The perpetually generated dungeons are fun to explore, frustrating at times, and always interesting. Tiles fall and spring into place as you move, giving visual interest and life to what could otherwise be a static, boring trek. I found the first few dungeon trips to be quite challenging, and either barely survived or died, which was fine! I started out on normal mode, so I respawned in town with all my gold and items intact, and was able to gear up and head right back in. I was elated when, upon entering a dungeon for the second time, I was met with an entirely different set of monsters from before. While each monster is visually distinct, there are fewer than 40 different monsters total, which is not a bad thing. Part of success in battle depends on strategy, and that relies on your ability to remember which enemies move two squares per turn instead of one, which leave damaging poison panels upon death, and which ones will zap you from clear across the room.
Several enemies make use of some simple but stunningly annoying abilities to hinder your fighting. I often found myself prioritizing monsters which were not necessarily the biggest threat simply because they were obnoxious. Golems throw mud blobs at the screen, blocking your view. While this sounds minor, after the 5th or so mud blob, you can’t actually see most of the battle, making planning and targeting nearly impossible. Gryphons cover the floor with ice, causing you to slide away any time you move or are attacked, and sometimes you can slide far enough to be ejected from a room or a battle entirely. One particularly horrible monster throws eggs, which, after a certain number of turns, can hatch into even more enemies, leaving you hopelessly outnumbered if you do not plan and act accordingly.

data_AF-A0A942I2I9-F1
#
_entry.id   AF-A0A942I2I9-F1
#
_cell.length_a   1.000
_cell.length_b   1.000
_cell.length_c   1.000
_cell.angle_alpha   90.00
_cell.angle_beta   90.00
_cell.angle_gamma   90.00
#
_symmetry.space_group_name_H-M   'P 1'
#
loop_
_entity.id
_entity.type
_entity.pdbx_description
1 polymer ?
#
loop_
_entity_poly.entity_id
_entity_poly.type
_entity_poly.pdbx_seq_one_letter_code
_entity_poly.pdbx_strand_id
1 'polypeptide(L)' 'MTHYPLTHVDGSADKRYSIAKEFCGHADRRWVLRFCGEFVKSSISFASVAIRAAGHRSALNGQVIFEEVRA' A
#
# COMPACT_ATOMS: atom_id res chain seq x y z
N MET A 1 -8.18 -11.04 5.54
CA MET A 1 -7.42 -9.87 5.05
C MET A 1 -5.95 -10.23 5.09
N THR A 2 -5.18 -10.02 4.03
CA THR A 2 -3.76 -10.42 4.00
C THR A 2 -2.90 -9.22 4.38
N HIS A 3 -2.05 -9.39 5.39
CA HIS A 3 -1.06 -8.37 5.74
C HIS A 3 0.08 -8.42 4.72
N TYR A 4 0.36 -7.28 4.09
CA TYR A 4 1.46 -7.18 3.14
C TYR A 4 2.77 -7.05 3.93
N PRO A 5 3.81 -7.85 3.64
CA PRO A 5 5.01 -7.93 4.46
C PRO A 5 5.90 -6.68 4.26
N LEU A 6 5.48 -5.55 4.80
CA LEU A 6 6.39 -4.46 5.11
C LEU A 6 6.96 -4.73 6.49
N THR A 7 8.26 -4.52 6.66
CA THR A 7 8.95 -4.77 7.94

If I sound frustrated, it’s the delighted kind of frustrated. Rogue Wizards has a way of putting you in situations where you feel like you are going to fail, but with a little planning, and the right use of spells and elemental weaknesses, you come you on top. That feeling of accomplishing the impossible kept me diving back into dungeons again and again. While dungeons and their monsters are very stimulating, boss battles feel lackluster and formulaic. The same strategy seemed to work on every boss, and I was actually able to beat the final boss without using any healing spells or items at all.